Dr. Ezekiel Emanuel has spent a lifetime challenging the establishment. He says that tendency is very much a part of his family’s heritage.
“My mother, not infrequently, would have to be in school because her sons were opposing rules and speaking out when everyone else was silent.”
Those other sons happen to be Rahm Emanuel, the former Chicago Mayor and current U.S. Ambassador to Japan, as well as Ari, an American businessman and CEO of the massive entertainment agency Endeavor.
Zeke, himself, is an oncologist, medical ethicist and a major contributor to the Affordable Care Act legislation. In this interview, hosts Jeremy Corr and Dr. Robert Pearl ask him about the rules of medicine that deserve to be broken and who among us can lead the charge for change.
On the Emanuel Family
“We are rulebreakers. My partner is always saying, ‘You think a rule is a good suggestion and not as a rule in the sense that most people think about it.’ I would say that it comes from our parents.. My mother, very early on, and I mean very early on, when she was a teenager, was very dedicated to Civil Rights well before white people and white women were heavily involved in Civil Rights … And then in 1965, right after the election, when Medicare was being debated and legislation was moving and the AMA opposed it, (my dad) quit the AMA.”
On his reluctant path to medicine
“I would report myself as a reluctant physician … I really was not very fond of medical school, mainly because I didn’t like the hierarchy of medicine that everyone deferred to whoever was the most senior person around as opposed to, let’s have a discussion about this. And I also did not like all the memorization of medicine and what really appeared to me during medical school to be a lot of irrelevancy that I couldn’t imagine would be really related to treating patients and making advances like relearning the Krebs cycle, like the Startling law and things like that.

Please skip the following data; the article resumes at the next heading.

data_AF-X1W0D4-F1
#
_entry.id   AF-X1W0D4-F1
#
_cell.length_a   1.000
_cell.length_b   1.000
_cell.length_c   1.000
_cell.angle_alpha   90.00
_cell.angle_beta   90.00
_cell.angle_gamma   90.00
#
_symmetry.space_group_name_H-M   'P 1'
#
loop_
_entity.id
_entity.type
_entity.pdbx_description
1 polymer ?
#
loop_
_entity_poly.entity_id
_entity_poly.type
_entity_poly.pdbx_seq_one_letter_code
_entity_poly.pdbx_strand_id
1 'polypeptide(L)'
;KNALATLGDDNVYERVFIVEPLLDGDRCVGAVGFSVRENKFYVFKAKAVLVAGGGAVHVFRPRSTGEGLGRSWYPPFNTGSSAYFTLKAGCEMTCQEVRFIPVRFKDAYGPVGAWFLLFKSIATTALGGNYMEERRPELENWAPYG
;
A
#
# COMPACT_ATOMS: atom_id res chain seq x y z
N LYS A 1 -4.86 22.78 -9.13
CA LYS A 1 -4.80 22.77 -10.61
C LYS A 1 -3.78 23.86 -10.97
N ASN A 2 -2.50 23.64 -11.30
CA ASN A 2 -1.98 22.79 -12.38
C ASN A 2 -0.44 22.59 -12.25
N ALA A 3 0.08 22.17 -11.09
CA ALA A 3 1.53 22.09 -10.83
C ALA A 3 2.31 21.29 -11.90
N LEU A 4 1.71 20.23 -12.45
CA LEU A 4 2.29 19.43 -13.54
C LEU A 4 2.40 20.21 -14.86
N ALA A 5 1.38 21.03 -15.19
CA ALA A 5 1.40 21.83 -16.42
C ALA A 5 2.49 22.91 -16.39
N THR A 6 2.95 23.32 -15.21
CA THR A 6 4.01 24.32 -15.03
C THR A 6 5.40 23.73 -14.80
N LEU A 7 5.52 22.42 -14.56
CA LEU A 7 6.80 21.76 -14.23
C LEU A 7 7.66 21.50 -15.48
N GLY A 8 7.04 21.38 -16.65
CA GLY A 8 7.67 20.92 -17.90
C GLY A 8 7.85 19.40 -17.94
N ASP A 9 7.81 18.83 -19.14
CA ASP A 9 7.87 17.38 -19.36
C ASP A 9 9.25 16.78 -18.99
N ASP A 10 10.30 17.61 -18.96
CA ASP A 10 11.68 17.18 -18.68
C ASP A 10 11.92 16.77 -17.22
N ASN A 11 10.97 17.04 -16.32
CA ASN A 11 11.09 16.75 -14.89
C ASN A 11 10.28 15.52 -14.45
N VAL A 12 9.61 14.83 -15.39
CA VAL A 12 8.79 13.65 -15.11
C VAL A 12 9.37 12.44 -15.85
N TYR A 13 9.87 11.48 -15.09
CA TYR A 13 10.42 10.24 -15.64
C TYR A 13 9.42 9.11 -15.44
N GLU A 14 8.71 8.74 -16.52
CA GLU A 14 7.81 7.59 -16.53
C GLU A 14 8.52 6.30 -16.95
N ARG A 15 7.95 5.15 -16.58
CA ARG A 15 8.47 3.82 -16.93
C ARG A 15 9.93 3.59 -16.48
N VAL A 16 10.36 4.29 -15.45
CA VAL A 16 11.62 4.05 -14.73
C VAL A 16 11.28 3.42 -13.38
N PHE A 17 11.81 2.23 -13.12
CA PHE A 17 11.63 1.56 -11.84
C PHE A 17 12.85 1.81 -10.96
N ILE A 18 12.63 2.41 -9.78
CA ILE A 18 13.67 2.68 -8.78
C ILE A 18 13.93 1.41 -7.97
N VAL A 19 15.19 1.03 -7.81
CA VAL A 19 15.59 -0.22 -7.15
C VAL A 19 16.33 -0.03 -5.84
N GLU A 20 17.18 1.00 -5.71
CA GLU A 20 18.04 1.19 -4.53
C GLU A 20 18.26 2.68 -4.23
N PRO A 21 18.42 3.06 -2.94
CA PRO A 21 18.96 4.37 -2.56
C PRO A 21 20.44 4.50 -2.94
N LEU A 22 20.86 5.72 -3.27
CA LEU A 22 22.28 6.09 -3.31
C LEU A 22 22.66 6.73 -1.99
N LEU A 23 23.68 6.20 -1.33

On regrets with the AFFORDABLE CARE ACT
“There are a lot of things I wish I had pushed harder on, and a lot of things I wish I had thought more deeply about. I would say top of that list of things that I wish I had thought more deeply about and emphasized more is more simplicity in our system. One of the things I think that the Affordable Care Act unfortunately did is to actually make the system much more complicated, and I think that is a problem. I think it’s one of the major problems of the American healthcare system. It’s so damn complicated to use. It’s really, really hard for people who aren’t focused on health. And even if you are focused, we had to invent the whole new category of employment called Navigators because it’s become so mind-numbingly complex.
On dealing with death as doctors
“I do think that medicine has moved on since the time that you and I trained in the sense that when we were training almost every patient who died in the hospital got resuscitated. DNR orders were still controversial. Withdrawing treatment was still controversial. We didn’t talk to patients about it, and the majority of patients were dying in the hospital. Well, I spent a lot of time in the end-of-life care field, first of all trying to understand what really motivated patients and then trying to change our norms about it. And I think the norms have changed … I think that this notion of do everything no matter what has evolved, and I think that’s super important.”
On ‘Why I hope to die at 75’ (his 2014 column in The Atlantic)
“Human beings are on a spectrum or a bell-shaped curve or some kind of curve, where some people are cognitively intact, are physically intact well after 75. Most of us are not outliers like that. Most of us are solidly in the middle. And what you see is in the middle, the rate of Alzheimer’s goes up at 75 … People retire, they end up being less creative. They’re just not producing and contributing in the same way, and that’s not the way I see my life. I don’t want my children or other people to remember me in a particular way. I want to go out being very active, totally intellectually engaged, physically fit. And so that’s 75. And, again, it’s just playing the numbers.”
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Dr. Robert Pearl is the author of a book about medicine’s invisible yet highly influential physician culture. Check out “Uncaring: How Physician Culture Is Killing Doctors & Patients.” All profits from the book go to Doctors Without Borders.
Fixing Healthcare is a co-production of Dr. Robert Pearl and Jeremy Corr. Subscribe to the show via Apple, Spotify, Stitcher or wherever you find podcasts. Join the conversation or suggest a guest by following the show on Twitter and LinkedIn.